Joseph E. Parrillo, MD
Sepsis and septic shock have been increasing in incidence for the last 60 years, and sepsis is presently the most common cause of death in intensive care units in the United States. Reasonable current estimates of annual incidence are 400 000 bouts of sepsis, 200 000 cases of septic shock, and 100 000 deaths from this disease (1). The reasons for this rising incidence include increased use of invasive devices such as intravascular and bladder catheters, more frequent corticosteroid and cytotoxic therapy, and enhanced longevity of patients (for example, patients with diabetes) who are susceptible to sepsis.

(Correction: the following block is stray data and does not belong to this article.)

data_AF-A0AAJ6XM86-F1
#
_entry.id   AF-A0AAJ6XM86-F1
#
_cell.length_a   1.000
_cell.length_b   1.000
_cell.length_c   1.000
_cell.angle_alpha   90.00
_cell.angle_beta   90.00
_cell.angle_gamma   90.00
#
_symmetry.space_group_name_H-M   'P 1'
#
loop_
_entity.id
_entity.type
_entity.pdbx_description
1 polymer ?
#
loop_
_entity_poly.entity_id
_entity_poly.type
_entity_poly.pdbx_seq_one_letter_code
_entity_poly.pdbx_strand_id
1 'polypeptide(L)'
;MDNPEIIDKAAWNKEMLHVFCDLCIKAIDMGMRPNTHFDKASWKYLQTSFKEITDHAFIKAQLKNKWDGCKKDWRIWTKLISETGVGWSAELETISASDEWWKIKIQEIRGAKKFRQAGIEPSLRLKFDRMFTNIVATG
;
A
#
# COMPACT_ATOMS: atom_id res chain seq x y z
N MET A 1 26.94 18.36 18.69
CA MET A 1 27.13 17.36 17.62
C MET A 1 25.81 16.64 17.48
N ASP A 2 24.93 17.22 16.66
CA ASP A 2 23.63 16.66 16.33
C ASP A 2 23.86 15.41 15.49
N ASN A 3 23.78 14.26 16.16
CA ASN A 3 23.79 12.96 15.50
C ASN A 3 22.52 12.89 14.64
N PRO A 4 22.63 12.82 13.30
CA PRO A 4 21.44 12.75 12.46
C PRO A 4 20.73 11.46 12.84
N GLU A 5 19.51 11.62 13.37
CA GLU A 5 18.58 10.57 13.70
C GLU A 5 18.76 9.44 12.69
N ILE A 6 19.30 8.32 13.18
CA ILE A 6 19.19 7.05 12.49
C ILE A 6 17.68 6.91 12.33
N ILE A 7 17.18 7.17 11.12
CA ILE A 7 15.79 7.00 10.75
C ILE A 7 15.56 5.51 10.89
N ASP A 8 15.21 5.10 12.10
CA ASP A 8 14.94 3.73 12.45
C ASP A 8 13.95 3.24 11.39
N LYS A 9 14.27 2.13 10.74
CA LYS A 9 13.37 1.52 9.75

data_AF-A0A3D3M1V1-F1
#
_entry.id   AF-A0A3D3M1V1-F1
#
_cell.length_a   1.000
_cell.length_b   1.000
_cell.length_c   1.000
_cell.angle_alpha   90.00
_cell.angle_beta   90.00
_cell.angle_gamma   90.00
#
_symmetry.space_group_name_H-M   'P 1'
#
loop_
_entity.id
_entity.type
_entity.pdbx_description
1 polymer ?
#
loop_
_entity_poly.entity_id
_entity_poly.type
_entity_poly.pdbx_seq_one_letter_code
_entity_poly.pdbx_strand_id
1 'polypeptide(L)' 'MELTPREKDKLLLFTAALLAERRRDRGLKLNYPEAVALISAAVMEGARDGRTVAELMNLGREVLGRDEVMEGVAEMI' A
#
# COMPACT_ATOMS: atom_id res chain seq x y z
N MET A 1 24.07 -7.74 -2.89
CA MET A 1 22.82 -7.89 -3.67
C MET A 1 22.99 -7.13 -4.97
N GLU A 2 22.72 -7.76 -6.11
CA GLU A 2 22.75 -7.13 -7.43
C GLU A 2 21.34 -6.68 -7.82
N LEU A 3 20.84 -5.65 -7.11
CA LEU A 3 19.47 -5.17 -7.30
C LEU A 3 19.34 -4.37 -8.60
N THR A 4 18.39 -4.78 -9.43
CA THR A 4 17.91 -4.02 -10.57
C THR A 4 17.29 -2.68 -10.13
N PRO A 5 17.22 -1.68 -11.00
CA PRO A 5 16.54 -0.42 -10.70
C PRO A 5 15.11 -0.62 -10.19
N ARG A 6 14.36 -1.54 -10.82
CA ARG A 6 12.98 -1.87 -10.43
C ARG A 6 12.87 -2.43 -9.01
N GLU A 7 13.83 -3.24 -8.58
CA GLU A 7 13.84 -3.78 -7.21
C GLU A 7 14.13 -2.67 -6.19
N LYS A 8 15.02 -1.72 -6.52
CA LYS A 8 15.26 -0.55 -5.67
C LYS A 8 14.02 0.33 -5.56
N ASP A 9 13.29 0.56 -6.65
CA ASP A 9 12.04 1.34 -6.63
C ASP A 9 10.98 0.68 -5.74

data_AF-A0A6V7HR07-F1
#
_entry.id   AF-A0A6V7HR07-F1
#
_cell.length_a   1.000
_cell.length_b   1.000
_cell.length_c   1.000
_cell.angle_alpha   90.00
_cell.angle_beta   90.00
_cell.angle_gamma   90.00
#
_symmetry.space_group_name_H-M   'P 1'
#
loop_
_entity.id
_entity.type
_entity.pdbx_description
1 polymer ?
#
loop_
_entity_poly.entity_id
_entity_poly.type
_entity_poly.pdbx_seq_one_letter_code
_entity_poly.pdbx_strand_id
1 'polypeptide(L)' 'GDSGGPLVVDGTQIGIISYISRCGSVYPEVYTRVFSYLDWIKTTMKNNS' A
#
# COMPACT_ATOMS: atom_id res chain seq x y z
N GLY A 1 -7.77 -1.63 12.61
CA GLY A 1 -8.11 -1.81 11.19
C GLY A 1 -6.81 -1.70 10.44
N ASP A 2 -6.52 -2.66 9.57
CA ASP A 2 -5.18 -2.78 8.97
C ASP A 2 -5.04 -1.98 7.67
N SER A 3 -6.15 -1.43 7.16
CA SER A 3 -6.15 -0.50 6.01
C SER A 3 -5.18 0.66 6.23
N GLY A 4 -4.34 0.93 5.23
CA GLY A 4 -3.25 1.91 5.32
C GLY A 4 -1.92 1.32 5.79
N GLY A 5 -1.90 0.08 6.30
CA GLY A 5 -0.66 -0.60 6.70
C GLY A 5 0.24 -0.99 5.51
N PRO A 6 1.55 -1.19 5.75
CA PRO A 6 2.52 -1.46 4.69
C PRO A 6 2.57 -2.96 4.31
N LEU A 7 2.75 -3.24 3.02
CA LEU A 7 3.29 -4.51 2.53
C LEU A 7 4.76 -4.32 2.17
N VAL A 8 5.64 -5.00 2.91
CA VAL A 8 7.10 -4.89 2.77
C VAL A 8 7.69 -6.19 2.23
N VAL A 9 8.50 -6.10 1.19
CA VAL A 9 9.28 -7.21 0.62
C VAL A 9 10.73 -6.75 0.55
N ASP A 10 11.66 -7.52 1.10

The overall mortality
Joseph E. Parrillo. Management of Septic Shock: Present and Future. Ann Intern Med. 1991;115:491–493. doi: 10.7326/0003-4819-115-6-491
Download citation file:
Published: Ann Intern Med. 1991;115(6):491-493.
Infectious Disease, Multi-Organ Failure and Sepsis, Pulmonary/Critical Care.
Results provided by:
Copyright © 2017 American College of Physicians. All Rights Reserved.
Print ISSN: 0003-4819 | Online ISSN: 1539-3704
Conditions of Use